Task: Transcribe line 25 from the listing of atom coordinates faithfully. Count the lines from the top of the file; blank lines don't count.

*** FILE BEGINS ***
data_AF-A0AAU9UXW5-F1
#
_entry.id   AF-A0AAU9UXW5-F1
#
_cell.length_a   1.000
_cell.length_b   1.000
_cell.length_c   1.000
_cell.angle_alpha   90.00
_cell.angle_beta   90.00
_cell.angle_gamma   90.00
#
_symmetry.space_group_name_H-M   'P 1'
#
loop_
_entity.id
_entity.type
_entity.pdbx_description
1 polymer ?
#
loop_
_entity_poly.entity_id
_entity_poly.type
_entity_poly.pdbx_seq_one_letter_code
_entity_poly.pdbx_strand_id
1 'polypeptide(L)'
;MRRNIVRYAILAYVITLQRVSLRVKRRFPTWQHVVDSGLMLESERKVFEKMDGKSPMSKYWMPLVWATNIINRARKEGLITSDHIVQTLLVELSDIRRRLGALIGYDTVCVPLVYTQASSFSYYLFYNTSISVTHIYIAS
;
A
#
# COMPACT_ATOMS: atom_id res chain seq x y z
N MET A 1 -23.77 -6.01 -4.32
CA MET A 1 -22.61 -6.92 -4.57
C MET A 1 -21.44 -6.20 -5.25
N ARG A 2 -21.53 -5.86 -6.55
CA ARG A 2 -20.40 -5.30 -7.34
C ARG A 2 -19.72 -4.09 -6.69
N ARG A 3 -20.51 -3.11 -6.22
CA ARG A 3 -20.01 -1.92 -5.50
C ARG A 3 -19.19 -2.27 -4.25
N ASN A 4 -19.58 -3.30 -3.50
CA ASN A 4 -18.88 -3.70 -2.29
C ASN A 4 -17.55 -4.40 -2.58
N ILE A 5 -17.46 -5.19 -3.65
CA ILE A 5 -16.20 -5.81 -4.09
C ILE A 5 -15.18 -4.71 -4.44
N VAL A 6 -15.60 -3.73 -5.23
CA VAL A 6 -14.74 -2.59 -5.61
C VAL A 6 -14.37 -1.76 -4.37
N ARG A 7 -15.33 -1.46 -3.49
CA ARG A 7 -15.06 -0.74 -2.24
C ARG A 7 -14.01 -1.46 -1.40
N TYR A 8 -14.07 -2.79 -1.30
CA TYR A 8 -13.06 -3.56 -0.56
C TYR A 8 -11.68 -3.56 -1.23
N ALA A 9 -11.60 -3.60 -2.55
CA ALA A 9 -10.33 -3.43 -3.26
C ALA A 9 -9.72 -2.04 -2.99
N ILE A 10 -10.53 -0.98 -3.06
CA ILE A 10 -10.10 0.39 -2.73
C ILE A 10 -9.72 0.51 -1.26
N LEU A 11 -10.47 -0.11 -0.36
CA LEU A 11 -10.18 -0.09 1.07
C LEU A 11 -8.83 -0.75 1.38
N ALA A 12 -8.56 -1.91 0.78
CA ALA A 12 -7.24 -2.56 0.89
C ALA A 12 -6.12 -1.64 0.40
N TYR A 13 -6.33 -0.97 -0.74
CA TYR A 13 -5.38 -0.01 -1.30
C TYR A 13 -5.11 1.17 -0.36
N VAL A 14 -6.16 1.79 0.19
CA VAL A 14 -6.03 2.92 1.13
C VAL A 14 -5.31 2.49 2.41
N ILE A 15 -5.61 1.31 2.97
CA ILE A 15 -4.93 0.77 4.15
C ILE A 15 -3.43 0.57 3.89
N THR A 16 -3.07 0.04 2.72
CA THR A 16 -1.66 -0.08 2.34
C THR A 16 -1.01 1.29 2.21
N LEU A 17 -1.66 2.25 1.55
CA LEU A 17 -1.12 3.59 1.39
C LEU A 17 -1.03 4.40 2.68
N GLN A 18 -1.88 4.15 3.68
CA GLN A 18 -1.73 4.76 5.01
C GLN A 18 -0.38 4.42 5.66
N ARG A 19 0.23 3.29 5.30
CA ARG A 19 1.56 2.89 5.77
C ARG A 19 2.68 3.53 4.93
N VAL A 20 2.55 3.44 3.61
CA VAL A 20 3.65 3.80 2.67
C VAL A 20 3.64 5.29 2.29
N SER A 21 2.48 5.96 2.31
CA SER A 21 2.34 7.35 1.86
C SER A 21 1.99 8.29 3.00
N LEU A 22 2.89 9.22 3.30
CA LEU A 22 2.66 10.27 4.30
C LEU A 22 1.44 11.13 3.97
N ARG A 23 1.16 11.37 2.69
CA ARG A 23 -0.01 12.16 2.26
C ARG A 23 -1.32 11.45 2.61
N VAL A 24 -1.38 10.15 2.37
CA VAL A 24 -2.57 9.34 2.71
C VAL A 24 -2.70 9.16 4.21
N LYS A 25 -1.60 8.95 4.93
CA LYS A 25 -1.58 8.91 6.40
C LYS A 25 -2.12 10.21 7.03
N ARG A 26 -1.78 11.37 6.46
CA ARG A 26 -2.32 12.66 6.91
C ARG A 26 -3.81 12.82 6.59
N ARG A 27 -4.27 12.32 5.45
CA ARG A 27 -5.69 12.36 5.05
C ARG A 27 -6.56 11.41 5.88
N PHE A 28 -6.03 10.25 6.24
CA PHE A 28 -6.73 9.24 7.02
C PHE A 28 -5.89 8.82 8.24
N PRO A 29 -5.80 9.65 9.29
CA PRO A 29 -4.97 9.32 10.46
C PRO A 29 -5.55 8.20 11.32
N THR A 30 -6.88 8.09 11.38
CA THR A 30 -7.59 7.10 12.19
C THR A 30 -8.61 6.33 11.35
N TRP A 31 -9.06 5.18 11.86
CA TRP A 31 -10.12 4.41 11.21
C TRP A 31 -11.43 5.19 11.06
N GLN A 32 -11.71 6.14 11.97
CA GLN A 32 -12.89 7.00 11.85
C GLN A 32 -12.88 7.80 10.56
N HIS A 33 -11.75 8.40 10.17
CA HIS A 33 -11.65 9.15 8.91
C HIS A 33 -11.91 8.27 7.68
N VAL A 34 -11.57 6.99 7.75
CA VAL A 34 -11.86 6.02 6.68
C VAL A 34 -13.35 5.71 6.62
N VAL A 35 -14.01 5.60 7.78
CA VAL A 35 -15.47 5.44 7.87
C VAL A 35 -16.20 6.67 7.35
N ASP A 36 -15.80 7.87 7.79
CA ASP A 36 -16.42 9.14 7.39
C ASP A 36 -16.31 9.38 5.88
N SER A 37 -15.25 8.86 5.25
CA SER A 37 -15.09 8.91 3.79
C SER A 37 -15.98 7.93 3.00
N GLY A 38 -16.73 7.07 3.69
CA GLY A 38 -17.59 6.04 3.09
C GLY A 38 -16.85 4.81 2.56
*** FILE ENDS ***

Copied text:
1 'polypeptide(L)'